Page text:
Wachovia reaches $125M settlement with US government agency

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The bank’s total payments may reach $144M
The bank’s total payments may reach $144M

Wachovia Bank has entered into a settlement agreement with the Office of the Comptroller of the Currency (OCC), which is directing the bank to make restitution to consumers harmed by its relationships with numerous teleservices providers and third-party payment processors.

According to the formal agreement, Wachovia maintained account relationships with certain payment processors for telemarketers from around June 1, 2003 until December 31, 2006. The agreement states the bank is required to pay $125 million, which represents the estimate of the maximum potential restitution.

Additionally the bank must contribute $8.9 million to consumer education directed at the elderly, who accounted for many of the victims, as well as a $10 million civil money penalty to the US Treasury. This settlement is one of the largest penalties ever filed by the OCC.

The settlement concluded that the bank engaged in unsafe or unsound practices involved in the use of remotely created checks (RCCs). These checks are not created or signed by the accountholder, but rather include text such as “authorized by your depositor, no signature required.” The telemarketers obtained account information by offering consumers products or services over the phone. The telemarketer would then create an RCC and deposit it into a Wachovia account.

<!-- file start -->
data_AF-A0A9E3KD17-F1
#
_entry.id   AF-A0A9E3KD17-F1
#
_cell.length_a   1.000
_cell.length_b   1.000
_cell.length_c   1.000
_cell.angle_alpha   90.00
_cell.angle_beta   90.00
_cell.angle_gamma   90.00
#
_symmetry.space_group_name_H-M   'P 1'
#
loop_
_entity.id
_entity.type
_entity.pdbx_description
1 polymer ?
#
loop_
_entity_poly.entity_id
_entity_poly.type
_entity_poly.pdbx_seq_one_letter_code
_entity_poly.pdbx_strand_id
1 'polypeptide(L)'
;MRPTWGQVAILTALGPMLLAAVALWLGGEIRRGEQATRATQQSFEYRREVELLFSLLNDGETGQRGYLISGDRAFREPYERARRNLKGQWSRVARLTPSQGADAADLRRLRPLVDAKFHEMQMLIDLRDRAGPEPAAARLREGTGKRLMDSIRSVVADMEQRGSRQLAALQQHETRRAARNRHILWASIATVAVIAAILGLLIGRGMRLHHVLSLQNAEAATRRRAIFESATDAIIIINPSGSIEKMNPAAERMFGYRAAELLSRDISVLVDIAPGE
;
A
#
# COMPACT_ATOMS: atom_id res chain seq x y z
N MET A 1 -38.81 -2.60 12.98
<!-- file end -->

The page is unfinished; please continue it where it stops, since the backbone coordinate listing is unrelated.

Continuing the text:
Many of these RCCs were disputed by consumers who said the checks were never authorized or that they never received the products or services sold by the telemarketers.

According to Kevin Mukri, a spokesman for the OCC, there are certain guidelines out there regarding due diligence that should be taken in monitoring these types of accounts. “Had these systems been in place [Wachovia] could have caught this sooner,” he said.

Michele Shuster, partner at Mac Murray, Cook, Petersen & Shuster LLP and previously chief of the Ohio attorney general's consumer protection section, said vendor management is critically important.

“Regulators are sending out a very strong message that if you're going to use a vendor you're going to be responsible for the type of actions that they take and if they violate the law. Wachovia wasn't doing what they should have been to stop those practices,” Shuster said. “If banks are receiving complaints from consumers, senior management needs to pay very close attention to those complaints, identify the pattern and take action against whatever is causing the problem.”

Inquiries to Wachovia were not returned by press time.

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